Each province and territory was to be responsible for administering its own plan; therefore, each had the right to decide how to raise its proportion of funding for the insurance program, either through insurance premiums or taxation.[5]


Under the Act, insured services could only be delivered by hospitals, most of which were private entities. Hospital employees including physicians, laboratory technicians, and radiologists were to be paid via a fee-for-service model negotiated with the provincial or territorial administrative body.[3]

The passage of the HIDS Act was the first milestone in the evolution of national health insurance in Canada and provided the foundation for all future Canadian Health legislation.[6]


By 1961, almost all Canadians were entitled to comprehensive hospital care benefits, protecting them from large hospital bills. The HIDS act enabled hospital operations that were not previously feasible and facilitated access to care for who could not otherwise afford it.[2]

Lester B. Pearson

The HIDS Act laid the foundation for other notable developments in the Canadian health care system. One of the criticisms of the Act was that it did not cover medical services, which in 1955 comprised approximately 40% of national healthcare costs.[3] Following the adoption of the HIDS Act, then, extending health insurance to cover additional medical services was next on the federal agenda. At the Federal-Provincial Conference in July, 1965, the decision for Medicare was made. Then, on July 1, 1967, the governing Liberals under Lester B. Pearson introduced the Medical Care Act, covering 50% of physician costs outside of a hospital.[3]

Together, the HIDS Act and Medical Care Act brought hospital and physician services to all Canadians, regardless of their ability to pay. Though criticized for imposing federal priorities on provincial jurisdiction, provincial governments were left with no option other than to meet the federal provisions or forgo supplementary funding altogether.[3] To address these concerns, the Established Programs Financing Act was passed in 1977, transferring the responsibility of the program to the provinces by decoupling the amount of the federal transfer from the provisions. Some provinces levied user charges and authorized extra-billing, which threatened universal and free access to healthcare.[8] The federal government, then, enacted the Canada Health Act in 1984 to re-instate the provisions of the HIDS Act and the Medical Care Act.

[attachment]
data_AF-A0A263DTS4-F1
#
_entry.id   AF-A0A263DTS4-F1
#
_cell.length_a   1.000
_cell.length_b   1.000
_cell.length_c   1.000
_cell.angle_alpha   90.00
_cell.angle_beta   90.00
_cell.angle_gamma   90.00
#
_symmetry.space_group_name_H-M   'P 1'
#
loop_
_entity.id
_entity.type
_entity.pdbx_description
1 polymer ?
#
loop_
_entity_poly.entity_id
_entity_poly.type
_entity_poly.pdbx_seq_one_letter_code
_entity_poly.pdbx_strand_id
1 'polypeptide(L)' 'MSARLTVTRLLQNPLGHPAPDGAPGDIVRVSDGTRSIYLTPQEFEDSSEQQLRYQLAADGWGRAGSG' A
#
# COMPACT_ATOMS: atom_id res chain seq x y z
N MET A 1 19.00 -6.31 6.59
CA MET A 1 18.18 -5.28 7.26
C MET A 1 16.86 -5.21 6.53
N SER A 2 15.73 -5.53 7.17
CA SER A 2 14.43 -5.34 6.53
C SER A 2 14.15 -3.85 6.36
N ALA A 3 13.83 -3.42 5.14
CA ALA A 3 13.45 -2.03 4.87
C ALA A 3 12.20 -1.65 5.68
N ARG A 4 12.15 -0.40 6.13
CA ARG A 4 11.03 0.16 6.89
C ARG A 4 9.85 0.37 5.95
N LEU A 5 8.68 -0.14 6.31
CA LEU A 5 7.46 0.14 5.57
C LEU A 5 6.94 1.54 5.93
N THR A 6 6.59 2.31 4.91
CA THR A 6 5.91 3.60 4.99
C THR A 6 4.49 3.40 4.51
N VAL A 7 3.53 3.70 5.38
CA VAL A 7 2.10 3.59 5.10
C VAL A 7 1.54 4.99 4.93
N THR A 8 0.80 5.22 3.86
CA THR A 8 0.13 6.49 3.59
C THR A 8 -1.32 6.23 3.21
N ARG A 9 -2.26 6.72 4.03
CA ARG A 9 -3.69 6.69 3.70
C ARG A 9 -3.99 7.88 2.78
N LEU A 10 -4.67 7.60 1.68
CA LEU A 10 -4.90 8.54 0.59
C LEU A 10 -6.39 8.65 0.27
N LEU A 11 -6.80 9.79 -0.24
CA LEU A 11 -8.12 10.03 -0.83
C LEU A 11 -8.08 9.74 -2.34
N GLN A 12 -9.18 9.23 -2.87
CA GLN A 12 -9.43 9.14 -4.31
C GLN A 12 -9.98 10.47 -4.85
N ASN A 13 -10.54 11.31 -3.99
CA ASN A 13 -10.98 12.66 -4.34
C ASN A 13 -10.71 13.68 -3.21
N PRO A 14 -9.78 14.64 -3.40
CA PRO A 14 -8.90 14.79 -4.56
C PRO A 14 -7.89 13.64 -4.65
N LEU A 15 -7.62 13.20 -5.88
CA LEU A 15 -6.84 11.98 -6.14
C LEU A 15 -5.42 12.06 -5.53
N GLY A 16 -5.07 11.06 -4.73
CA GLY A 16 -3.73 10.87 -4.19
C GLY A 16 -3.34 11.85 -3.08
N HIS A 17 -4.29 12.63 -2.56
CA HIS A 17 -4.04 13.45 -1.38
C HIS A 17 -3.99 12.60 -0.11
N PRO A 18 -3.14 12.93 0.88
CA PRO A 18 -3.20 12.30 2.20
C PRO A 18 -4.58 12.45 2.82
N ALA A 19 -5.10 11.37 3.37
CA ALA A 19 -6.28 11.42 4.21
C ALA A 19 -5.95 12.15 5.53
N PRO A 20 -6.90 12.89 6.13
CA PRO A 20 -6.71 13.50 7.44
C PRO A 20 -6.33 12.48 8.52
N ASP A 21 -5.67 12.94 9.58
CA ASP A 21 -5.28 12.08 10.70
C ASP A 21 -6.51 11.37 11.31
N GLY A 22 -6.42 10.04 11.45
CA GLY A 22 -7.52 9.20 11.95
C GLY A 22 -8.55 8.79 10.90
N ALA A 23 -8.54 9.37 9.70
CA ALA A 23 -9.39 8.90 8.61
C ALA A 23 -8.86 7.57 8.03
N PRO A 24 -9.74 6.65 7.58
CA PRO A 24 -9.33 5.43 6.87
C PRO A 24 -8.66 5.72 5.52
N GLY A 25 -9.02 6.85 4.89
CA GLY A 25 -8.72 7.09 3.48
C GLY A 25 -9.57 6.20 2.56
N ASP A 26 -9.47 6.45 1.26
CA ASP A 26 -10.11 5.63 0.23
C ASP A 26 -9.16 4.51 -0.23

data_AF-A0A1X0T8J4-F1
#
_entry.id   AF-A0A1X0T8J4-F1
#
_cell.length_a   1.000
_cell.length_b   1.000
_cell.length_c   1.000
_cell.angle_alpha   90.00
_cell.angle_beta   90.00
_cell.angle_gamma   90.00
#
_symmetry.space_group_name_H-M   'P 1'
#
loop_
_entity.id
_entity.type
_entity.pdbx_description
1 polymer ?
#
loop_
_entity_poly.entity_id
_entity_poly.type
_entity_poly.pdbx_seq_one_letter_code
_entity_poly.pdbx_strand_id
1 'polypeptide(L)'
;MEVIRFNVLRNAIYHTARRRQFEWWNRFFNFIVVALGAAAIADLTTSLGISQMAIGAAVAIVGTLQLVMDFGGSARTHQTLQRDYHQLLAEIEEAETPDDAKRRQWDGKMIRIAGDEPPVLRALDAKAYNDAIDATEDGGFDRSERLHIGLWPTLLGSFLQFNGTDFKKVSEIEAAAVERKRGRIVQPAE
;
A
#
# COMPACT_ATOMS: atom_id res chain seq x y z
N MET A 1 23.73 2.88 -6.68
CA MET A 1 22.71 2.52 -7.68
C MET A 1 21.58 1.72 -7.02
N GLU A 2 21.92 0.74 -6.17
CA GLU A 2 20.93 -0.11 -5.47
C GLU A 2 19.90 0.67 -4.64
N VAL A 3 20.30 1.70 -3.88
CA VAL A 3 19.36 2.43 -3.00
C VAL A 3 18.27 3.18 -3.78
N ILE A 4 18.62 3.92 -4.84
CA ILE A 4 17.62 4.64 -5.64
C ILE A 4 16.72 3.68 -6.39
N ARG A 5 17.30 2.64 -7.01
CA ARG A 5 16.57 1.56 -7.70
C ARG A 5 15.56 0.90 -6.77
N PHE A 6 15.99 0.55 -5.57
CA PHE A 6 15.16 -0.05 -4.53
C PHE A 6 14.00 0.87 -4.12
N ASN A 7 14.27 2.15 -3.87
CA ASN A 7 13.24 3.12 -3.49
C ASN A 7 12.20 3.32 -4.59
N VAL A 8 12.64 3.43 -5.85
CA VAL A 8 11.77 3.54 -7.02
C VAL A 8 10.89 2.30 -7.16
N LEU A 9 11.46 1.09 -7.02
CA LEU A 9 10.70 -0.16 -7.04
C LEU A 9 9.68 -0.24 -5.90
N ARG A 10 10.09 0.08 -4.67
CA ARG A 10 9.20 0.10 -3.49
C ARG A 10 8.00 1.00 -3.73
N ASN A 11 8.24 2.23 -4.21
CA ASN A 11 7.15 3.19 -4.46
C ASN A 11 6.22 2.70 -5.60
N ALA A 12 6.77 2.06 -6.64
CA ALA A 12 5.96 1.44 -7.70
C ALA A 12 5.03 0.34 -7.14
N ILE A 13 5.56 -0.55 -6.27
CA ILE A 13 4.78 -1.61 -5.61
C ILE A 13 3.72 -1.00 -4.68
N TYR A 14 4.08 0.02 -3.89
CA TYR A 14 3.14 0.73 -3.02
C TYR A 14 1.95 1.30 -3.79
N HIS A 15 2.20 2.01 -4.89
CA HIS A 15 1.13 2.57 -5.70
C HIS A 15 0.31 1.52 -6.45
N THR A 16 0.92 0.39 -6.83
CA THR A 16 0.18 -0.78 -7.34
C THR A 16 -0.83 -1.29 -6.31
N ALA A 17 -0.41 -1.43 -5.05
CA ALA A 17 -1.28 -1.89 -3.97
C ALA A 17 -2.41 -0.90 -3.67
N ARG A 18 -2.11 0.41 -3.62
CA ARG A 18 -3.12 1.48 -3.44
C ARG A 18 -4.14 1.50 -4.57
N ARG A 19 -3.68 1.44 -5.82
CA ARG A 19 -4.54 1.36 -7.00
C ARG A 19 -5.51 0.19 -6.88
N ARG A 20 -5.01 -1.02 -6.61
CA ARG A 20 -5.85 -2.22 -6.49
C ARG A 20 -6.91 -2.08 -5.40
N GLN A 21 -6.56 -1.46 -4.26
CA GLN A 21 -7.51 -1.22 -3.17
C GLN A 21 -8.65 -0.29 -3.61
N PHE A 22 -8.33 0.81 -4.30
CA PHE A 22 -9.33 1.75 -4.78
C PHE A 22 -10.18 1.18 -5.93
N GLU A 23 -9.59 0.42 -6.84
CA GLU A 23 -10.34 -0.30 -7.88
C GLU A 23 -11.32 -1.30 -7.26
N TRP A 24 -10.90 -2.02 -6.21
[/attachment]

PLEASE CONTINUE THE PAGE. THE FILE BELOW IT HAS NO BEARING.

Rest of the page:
1. ^ Health Canada (2012). Canada's Health Care System.
  2. ^ a b c Archives Canada. Royal Commission on Health Services fonds[permanent dead link].
  3. ^ a b c d e f g h i j k l m Taylor, Malcolm G. (1978). Health Insurance and Canadian Public Policy, McGill-Queen's University Press, Montreal.
  4. ^ Canadian Museum of Civilization (2010). Making Medicare: The history of health care in Canada, 1914–2007.
  5. ^ a b c Turner, J. Gilbert (1958). The Hospital Insurance and Diagnostic Services Act: Its impact on hospital administration, Canadian Medical Association Journal, 78(10), 768-770.
  6. ^ a b c d Manga, Pran, Broyles Robert W., & Angus, Douglas E. (1987). The determinants of hospital utilization under a universal public insurance program in Canada, Medical Care, 25(7), 658-670.
  7. ^ Parliament of Canada. The health of Canadians – The federal role. Retrieved December 7, 2012.
  8. ^ Madore, Odette (2005).The Canada Health Act: Overview and options.